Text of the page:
• Mappasere, F., & Idris, M. (2016). Relationship among stakeholders for solid waste management in Makassar. IOSR Journal of Humanities and Social Science, 21(5), 18–23.

    Google Scholar 

  • Méndez-Lemus, Y., Vieyra, A., & Poncela, L. (2017). Intra-government relationships and social capital in a peripheral municipality of Michoacán, Mexico. Progress in Development Studies, 17(1), 1–23.

    Article  Google Scholar 

  • Mlozi, M. N. (2011). Assessment of community participation in solid waste management: The case of Mbeya City Council Tanzania. Dissertation submitted to Sokoine University of Agriculture. Retrieved August 15, 2018, from

  • MMRDA. (2012). Draft development plan 2008–2028 for Bhiwandi Surrounding Notified Area. Report for Mumbai Metropolitan Region Development Authority (MMRDA), Mumbai.

  • MMRDA. (2016). Draft Mumbai Metropolitan Regional Plan 2016–2036. Report for Mumbai Metropolitan Region Development Authority (MMRDA), Mumbai.

  • Muller, M. S., Iyer, A., Keita, M., Sacko, B., & Traore, D. (2002). Differing interpretations of community participation in waste management in Bamako and Bangalore: Some methodological considerations. Environment & Urbanization, 14(2), 241–258.

    Article  Google Scholar 

  • Narain, V., Banerjee, P., & Anand, P. (2014). The shadow of urbanization: The periurban interface of five Indian cities in transition. Environmental Change, Vulnerability, and Governance, East-West Center Working Papers No. 68, Honolulu.

  • Narasimha, B. C., Anand, P., Ravish, K. S., Navya, S. S., & Ranganath, T. S. (2016). Role of self-help groups in women empowerment and health. International Journal of Community Medicine and Public Health.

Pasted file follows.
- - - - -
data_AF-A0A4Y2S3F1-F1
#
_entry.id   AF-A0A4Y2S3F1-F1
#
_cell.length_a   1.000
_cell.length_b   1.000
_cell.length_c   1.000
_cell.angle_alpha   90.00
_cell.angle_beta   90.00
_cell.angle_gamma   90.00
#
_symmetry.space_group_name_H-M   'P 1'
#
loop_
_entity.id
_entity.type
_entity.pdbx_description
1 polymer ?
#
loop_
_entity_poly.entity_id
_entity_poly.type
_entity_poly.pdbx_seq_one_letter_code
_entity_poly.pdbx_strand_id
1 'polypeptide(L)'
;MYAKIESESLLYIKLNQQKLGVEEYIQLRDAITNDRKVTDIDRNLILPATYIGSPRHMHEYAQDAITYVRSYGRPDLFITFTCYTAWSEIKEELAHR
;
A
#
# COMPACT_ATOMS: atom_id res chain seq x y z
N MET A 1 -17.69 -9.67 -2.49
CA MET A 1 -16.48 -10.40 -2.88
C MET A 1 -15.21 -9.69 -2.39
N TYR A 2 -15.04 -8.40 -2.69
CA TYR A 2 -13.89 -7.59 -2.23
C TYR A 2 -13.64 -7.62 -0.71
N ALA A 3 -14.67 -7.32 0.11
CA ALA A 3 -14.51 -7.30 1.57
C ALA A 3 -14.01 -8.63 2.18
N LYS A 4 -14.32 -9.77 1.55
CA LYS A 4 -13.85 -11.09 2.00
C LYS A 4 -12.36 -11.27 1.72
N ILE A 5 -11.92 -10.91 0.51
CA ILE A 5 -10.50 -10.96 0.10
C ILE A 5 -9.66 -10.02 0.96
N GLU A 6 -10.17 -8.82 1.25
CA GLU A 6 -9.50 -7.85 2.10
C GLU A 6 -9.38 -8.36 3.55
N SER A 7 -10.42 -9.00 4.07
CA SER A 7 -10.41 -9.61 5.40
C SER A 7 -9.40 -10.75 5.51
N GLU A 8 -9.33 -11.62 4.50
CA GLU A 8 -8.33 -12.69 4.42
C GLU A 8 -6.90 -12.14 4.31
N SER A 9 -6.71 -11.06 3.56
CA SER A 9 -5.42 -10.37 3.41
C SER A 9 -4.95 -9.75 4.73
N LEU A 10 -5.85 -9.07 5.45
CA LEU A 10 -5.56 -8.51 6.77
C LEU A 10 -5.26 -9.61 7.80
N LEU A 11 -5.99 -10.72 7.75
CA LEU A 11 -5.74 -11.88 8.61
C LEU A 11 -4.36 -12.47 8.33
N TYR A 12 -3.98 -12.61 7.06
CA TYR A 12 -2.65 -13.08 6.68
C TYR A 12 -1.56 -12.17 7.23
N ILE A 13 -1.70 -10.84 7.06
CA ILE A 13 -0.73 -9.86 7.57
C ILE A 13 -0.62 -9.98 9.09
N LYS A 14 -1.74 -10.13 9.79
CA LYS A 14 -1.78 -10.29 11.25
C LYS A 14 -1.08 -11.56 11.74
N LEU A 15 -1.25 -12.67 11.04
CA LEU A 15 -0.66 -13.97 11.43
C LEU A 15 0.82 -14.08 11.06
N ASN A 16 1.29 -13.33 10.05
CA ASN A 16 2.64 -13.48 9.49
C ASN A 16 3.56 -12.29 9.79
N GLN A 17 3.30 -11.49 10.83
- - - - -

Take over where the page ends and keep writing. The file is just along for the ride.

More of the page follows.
Article  Google Scholar 

  • National Institute of Rural Development (NIRD). (1995). Panchayati Raj Institutions in select states—An analytical study. NIRD, Hyderabad. Retrieved August 15, 2018, from

  • Nayak, A. K. (2015). Developing social capital through self-help groups. Indore Management Journal, 7(1), 18–24.

    Google Scholar 

  • OECD. (2001). The well-being of nations—The role of human and social capital. Centre for Education Research and Innovation at the Organisation for Economic Co-operation and Development (OECD).

    Book  Google Scholar 

  • Ostrom, E. (2010). Analyzing collective action. Agricultural Economics, 41(s1), 155–166.

    Article  Google Scholar 

  • Putnam, R. D. (1995). Bowling alone. America’s declining social capital. Journal of Democracy, 6(1), 65–78.

    Article  Google Scholar 

  • Realpe, A., & Wallace, L. M. (2010). What is co-production? London: The Health Foundation. Retrieved January 2, 2019, from

  • Sadorsky, P. (2014). The effect of urbanization on CO2 emissions in emerging economies. Energy Economics, 41(C), 147–153.

    Article  Google Scholar 

  • Saravanan, M. (2016). The impact of self- help groups on the socio-economic development of rural household women in Tamil Nadu—A study. International Journal of Research-Granthalayah, 4(7), 22–31.

    Google Scholar 

  • Saxena, M. (2015). Periurban area: A review of problems and resolutions. International Journal of Engineering Research & Technology, 4(09), 15–18.

    Google Scholar 

  • Shabani, R. A. (2015). Factors affecting community participation in solid waste management in Lindi Municipal Council Tanzania. Dissertation submitted to Open University of Tanzania. Retrieved August 15, 2018, from